KANSAS CITY, MO. — It seems football fans everywhere are suddenly on the Kansas City Chiefs' bandwagon, enthralled by their record-setting young quarterback and exciting playmakers and hopeful the amiable coach can finally win the big one.

Then again, maybe they're just fans of anybody facing the New England Patriots.

The Patriots have dominated the AFC for nearly two decades, and the coach-quarterback combination of Bill Belichick and Tom Brady will be playing in an eighth consecutive conference title game Sunday night when the Patriots visit the Chiefs at frigid, hostile Arrowhead Stadium.

But whereas Brady & Co. once instilled awe in their opponents, the Chiefs view their showdown as an opportunity for Patrick Mahomes to take the baton as the league's best quarterback and for the Chiefs, seeking their first Super Bowl appearance in 49 years, to surpass the Patriots as the NFL's "it" team.

"It'll be huge," Mahomes said. "When I got here, the goal was to win the AFC championship and get to the Super Bowl, and win that. To do that early in my career, it would be a huge thing."

There aren't two more dichotomous teams than the Patriots and Chiefs.

The Patriots have won five Super Bowls during the Belichick-Brady era, setting all kinds of records along the way. The cruel efficiency with which they've sliced up the AFC has made them the bane of fans everywhere but New England and given them the kind of unbeatable aura that accompanied the New York Yankees teams of Derek Jeter and the Chicago Bulls teams of Michael Jordan.

It's not just petty jealousy, though. Many fans have been turned off by Deflategate, Spygate and other instances over the years that have saddled the Patriots with a rather unsavory reputation.

Brady has mostly shrugged it off. So has Belichick, who almost seems to embrace the villain role.

"I don't think about it too much, what people might say or think," said Brady, whose team is a rare playoff underdog Sunday. "I know we're playing against a very good football team. They're the first seed for a reason. They've had a great season and we're going to have to go into a really tough environment and play our best football, and it's a great opportunity for us."

On the flip side are the Chiefs, a team that dominated the AFC throughout the 1990s but reached only one conference title game. They were the league's worst franchise six years ago, when Andy Reid came aboard, but have become a perennial playoff team that was always missing that certain something.

They found it when they drafted Mahomes nearly two years ago.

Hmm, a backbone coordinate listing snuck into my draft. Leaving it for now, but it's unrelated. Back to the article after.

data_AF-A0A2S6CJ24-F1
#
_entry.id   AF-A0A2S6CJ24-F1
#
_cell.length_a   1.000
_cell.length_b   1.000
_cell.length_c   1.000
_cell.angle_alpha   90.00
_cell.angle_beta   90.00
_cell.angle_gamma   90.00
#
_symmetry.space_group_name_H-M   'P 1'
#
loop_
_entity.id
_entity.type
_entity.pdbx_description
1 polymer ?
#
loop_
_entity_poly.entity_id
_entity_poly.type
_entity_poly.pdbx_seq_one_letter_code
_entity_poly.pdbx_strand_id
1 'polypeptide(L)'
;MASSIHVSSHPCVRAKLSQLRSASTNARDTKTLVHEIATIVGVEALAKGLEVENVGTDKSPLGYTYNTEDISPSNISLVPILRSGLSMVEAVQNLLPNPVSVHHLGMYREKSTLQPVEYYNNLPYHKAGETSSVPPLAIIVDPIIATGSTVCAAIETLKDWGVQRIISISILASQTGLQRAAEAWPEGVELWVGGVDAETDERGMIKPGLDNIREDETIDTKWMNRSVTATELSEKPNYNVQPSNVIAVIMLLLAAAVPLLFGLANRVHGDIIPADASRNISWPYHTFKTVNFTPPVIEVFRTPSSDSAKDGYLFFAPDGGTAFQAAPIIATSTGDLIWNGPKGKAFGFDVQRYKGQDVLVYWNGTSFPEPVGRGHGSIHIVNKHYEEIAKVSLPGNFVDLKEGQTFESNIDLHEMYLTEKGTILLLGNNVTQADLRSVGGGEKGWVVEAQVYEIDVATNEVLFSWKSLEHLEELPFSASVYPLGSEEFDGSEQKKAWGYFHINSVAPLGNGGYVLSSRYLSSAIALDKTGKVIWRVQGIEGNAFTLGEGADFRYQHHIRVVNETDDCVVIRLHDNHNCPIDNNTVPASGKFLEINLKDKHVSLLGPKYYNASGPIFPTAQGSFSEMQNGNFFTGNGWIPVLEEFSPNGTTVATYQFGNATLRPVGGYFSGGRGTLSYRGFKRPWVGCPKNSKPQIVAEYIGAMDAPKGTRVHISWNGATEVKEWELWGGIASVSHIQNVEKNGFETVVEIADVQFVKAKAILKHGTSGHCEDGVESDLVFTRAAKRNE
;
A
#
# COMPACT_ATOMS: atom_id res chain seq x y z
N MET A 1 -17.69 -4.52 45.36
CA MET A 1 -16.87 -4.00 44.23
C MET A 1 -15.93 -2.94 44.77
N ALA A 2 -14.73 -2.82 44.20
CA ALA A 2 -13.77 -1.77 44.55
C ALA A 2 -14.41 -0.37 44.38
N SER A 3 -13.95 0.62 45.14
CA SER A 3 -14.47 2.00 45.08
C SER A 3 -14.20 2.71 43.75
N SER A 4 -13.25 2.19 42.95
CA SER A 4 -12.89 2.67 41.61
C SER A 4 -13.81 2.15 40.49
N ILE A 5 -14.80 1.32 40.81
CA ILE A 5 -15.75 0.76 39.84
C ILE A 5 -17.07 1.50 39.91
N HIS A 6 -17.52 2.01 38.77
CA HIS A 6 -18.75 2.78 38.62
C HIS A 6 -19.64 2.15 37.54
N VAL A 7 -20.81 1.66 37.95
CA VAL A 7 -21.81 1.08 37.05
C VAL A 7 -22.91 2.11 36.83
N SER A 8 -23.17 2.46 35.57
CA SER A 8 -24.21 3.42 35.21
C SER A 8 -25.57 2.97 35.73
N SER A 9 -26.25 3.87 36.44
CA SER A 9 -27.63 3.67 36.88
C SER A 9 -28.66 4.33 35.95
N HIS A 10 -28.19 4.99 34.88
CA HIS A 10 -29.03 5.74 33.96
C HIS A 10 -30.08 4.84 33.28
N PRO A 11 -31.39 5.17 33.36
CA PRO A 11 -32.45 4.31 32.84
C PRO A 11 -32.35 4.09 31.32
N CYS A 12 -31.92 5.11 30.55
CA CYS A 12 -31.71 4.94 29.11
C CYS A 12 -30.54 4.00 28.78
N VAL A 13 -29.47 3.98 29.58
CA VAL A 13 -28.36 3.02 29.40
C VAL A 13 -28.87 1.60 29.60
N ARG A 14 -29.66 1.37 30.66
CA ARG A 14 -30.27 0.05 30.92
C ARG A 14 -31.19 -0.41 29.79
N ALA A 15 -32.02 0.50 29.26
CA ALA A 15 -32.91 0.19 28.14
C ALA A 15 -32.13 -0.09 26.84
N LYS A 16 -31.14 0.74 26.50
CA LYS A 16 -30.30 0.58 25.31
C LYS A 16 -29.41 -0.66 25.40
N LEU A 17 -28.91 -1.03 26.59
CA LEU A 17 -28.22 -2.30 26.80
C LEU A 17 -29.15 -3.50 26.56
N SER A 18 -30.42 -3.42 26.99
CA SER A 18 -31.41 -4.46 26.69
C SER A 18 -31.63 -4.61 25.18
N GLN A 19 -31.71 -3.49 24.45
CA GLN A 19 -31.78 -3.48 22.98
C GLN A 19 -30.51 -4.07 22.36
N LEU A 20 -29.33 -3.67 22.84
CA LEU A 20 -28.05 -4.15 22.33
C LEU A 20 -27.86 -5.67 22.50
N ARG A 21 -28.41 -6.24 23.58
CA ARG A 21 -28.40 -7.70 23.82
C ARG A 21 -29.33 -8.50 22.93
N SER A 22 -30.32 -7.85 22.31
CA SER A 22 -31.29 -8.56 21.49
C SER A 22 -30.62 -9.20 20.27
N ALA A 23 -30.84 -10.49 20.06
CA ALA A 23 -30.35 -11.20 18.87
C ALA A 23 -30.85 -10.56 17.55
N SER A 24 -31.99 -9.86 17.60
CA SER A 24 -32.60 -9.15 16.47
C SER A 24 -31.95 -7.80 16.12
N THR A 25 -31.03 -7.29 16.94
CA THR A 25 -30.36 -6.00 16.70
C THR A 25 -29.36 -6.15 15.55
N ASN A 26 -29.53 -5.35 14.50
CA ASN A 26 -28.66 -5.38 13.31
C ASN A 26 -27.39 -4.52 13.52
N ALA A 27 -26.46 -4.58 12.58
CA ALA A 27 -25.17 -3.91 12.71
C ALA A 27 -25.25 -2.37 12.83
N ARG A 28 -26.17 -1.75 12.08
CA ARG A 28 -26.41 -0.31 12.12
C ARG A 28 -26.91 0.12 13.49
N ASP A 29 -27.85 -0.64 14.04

The quarterback shattered just about every franchise passing record in his first season as a starter, and his down-home style has made him a fan favorite. Kids dressed up like him for Halloween, his curly Mohawk has become the trend at local barbershops, and the aw-shucks way Mahomes has embraced his stunning success has only made him more endearing.

"I think he's a great player on a great team that's very well-coached," Belichick said. "They have a great scheme and a great system. He's got a ton of weapons, so he'll be tough to handle, as will their entire offense, as will their entire team. We'll need our best game."

As the Patriots (12-5) try to advance to their third consecutive Super Bowl, something only two other franchises have accomplished, and the Chiefs (13-4) try to make it for the first time since winning the title in 1970, here are some things to know:

Personnel changes

The Patriots beat the Chiefs in a 43-40 shootout in Week 6, but both teams are different these days. The Patriots lost wide receiver Josh Gordon to personal issues, and the Chiefs waived Kareem Hunt because of off-the-field trouble. The Chiefs also are poised to have linebacker Justin Houston and star safety Eric Berry back from injuries on Sunday.

"I mean, that was Week 6. That was a long time ago," Patriots safety Patrick Chung said. "We can't really worry about that. They're a better team and they're on a roll. It's the two best teams in the AFC, so you can't really worry about, 'Well, we beat you guys last, so we're going to win.' If we have that mentality, we'll get kicked — they'll kick our ass, pretty much."

Star power

Brady and Mahomes get plenty of attention, but they don't do it alone. Pats running back James White tied Darren Sproles' postseason record with 15 catches in their 41-28 divisional victory over the Los Angeles Chargers, and Sony Michel has become a breakout star and Rob Gronkowski and Julian Edelman remain dangerous downfield threats. The Chiefs counter with running back Damien Williams and the pass-catching trio of All-Pro speedster Tyreek Hill, Sammy Watkins and sure-handed tight end Travis Kelce.

Road warriors

The Patriots haven't lost at home since early last season, but it's been a struggle away from Gillette Stadium. The Patriots were 3-5 on the road this season, their worst mark since 2009, and lost back-to-back games in Miami and Pittsburgh in December. They haven't won a postseason game on the road since 2006, and away teams have lost 10 consecutive conference championship games.

"I don't get caught up in all that," Reid said last week. "They're a heck of a team. I mentioned that before, if you're talking about a dynasty in the National Football League, they're that."